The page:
Banana Boat protects you from the sun’s harmful rays. Now, the skincare brand is extending its reach into wildlife preservation. During the last four years in Colombia, 99 percent of sea turtles have been born female. The sand’s warmth influences their sex during the incubation phase: if a turtle’s eggs incubate below 27.7°C the turtle hatchlings will be male. If the eggs incubate above 31°C the hatchlings will be female. This of course means that the hotter the sand, the greater probability of female newborns – an imbalance and threat to the turtles’ continued existence.
Wunderman Thompson Colombia and Banana Boat, in partnership with The Colombian Sea Turtle Conservation Program, have come up with an innovative and sustainable solution: Nest Domes. Inspired by the organic shape of turtle shells and made with natural materials, the Nest Domes are Domes that regulate sand temperature on the beaches, influencing the proper conditions in terms of shading and ventilation needed to hatch a better proportion of female and male newborns.
Designed with the help of Marine Biologists, local artisans, designers, and engineers, the Nest Domes were created with Caribbean wood from Santa Marta (Col.), which makes up part of the sea turtle’s ecosystem. Light wood helps to reflect the sun rays, Internal layers are made of cork, a material that is 100% bio-degradable and importantly, a natural coolant, while the outer layer is covered with flaxseed oil to prevent humidity when it rains. The design has handcrafted windows especially created to guarantee the proper circulation of wind, pushing the hot air, out of the dome.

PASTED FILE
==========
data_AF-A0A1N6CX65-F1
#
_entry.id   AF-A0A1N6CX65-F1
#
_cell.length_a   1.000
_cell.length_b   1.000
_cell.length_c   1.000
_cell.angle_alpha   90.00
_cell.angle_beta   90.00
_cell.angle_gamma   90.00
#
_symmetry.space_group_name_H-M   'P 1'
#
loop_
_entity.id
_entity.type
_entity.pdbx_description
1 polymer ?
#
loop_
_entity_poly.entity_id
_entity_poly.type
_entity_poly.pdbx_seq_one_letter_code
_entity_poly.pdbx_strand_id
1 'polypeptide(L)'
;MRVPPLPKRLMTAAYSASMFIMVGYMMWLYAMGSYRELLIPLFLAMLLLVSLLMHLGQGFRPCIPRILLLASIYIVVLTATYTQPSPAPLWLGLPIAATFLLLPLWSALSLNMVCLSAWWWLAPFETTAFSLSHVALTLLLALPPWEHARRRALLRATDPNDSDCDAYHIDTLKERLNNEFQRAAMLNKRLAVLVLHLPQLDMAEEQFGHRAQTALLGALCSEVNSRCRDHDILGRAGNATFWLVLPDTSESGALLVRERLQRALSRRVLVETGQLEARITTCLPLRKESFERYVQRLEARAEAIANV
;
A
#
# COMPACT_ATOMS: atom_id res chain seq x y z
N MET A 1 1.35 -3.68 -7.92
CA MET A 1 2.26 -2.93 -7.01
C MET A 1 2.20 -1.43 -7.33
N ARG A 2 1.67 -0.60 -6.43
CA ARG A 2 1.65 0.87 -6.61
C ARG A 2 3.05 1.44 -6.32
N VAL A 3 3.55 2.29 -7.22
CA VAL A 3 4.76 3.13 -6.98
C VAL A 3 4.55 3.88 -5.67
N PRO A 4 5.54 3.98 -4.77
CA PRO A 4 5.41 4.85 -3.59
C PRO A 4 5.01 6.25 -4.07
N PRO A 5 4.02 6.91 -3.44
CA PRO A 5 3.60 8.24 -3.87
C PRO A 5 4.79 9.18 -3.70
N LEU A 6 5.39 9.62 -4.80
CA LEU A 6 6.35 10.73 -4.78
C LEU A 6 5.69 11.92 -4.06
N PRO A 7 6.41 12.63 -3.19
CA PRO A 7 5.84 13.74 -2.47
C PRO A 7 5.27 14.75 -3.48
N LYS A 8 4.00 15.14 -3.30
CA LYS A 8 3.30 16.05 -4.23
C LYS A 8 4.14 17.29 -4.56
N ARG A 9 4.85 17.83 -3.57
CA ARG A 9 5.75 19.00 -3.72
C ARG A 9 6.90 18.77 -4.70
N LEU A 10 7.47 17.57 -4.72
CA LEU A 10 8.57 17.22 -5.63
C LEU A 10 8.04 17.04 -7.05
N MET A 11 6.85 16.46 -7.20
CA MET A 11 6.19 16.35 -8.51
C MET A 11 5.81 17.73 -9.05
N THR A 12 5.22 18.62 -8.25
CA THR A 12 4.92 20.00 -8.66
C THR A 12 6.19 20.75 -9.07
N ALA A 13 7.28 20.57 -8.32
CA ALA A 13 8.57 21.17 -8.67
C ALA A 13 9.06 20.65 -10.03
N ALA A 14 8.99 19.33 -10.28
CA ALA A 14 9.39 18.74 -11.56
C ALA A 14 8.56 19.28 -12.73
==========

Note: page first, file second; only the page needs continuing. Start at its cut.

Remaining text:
Aminta Jauregui, Head Researcher of the Sea Turtle Conservation Project said: “During the evolution of the prototypes we were able to lower the temperature in the nests by 4ºC. Thanks to this project, we are able to re-create the pivotal temperature needed to achieve an even proportion of male and female sea turtles. It’s an outstanding feat of innovation, and we’re optimistic it will have a positive impact on the future sea turtle population which is now classified as endangered.”
Nest Domes offer a global-scale solution with an open-source blueprint that will be made available to everyone, with the hope that they will be created and installed on beaches globally.
Bas Korsten, Global Chief Creative Officer of Wunderman Thompson, said: “We’ve worked alongside nature to create an innovative solution that will help lower the temperature of the sand and help creatures such as sea turtles thrive once again. It’s such important work to be part of, and we’re excited to be pioneering a project that could potentially make a huge impact all over the world.”
Following a successful pilot project that was executed on the beaches of Santa Marta, Colombia with the aid of fishermen and the local community, the Nest Domes are now going to be tested and installed on several beaches along Mexico.
The Nest Domes officially launched at the 41st International Sea Turtle Symposium, a seven-day event held in Cartagena, Colombia, between 18th and 24th March – an event which brings together a community of sea turtle biologists, environmental practitioners, conservationists, Indigenous groups, researchers, academics, and advocates from up to 60 countries to share knowledge.